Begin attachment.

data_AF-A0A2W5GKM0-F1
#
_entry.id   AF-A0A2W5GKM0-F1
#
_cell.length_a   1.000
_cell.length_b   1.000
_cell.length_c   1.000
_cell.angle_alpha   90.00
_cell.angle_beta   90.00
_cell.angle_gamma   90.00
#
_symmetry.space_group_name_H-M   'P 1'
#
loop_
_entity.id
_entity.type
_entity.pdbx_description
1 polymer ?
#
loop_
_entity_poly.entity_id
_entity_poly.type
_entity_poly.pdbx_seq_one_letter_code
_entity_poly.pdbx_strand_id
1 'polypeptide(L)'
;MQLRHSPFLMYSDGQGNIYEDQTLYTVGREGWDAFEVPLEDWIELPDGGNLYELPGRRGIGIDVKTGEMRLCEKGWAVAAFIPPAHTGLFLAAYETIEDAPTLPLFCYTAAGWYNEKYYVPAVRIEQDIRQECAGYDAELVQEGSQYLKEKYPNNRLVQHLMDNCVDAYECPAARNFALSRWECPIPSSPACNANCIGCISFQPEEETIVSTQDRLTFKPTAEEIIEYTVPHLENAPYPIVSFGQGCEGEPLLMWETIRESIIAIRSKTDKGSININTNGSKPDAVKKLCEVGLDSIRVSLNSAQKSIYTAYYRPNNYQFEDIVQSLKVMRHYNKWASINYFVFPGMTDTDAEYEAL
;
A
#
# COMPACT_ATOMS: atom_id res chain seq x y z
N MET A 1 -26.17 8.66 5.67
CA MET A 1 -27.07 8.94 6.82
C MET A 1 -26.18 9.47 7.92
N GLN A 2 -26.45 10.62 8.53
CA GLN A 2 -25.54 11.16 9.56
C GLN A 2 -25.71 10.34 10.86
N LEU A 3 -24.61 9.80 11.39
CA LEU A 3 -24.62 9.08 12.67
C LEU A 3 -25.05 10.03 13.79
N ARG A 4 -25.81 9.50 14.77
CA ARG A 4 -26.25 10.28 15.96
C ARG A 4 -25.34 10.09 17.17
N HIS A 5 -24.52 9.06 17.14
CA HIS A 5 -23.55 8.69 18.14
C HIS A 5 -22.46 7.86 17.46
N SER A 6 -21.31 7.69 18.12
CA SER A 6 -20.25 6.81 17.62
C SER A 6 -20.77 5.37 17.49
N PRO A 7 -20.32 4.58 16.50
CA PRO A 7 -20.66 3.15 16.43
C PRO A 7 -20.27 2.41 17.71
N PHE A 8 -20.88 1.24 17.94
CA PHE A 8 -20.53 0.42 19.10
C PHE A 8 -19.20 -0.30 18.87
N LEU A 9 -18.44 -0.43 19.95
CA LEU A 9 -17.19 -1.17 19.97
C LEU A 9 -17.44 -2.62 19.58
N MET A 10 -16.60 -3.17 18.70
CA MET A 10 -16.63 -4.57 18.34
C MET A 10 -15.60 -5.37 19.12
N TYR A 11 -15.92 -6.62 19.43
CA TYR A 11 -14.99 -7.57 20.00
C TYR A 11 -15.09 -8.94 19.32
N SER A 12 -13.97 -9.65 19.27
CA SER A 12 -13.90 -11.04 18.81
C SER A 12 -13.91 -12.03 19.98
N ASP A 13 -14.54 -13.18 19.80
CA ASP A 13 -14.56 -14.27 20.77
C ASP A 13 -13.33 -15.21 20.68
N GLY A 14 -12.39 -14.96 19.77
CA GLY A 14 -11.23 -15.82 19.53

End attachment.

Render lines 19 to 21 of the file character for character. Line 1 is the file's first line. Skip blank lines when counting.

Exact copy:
#
loop_
_entity_poly.entity_id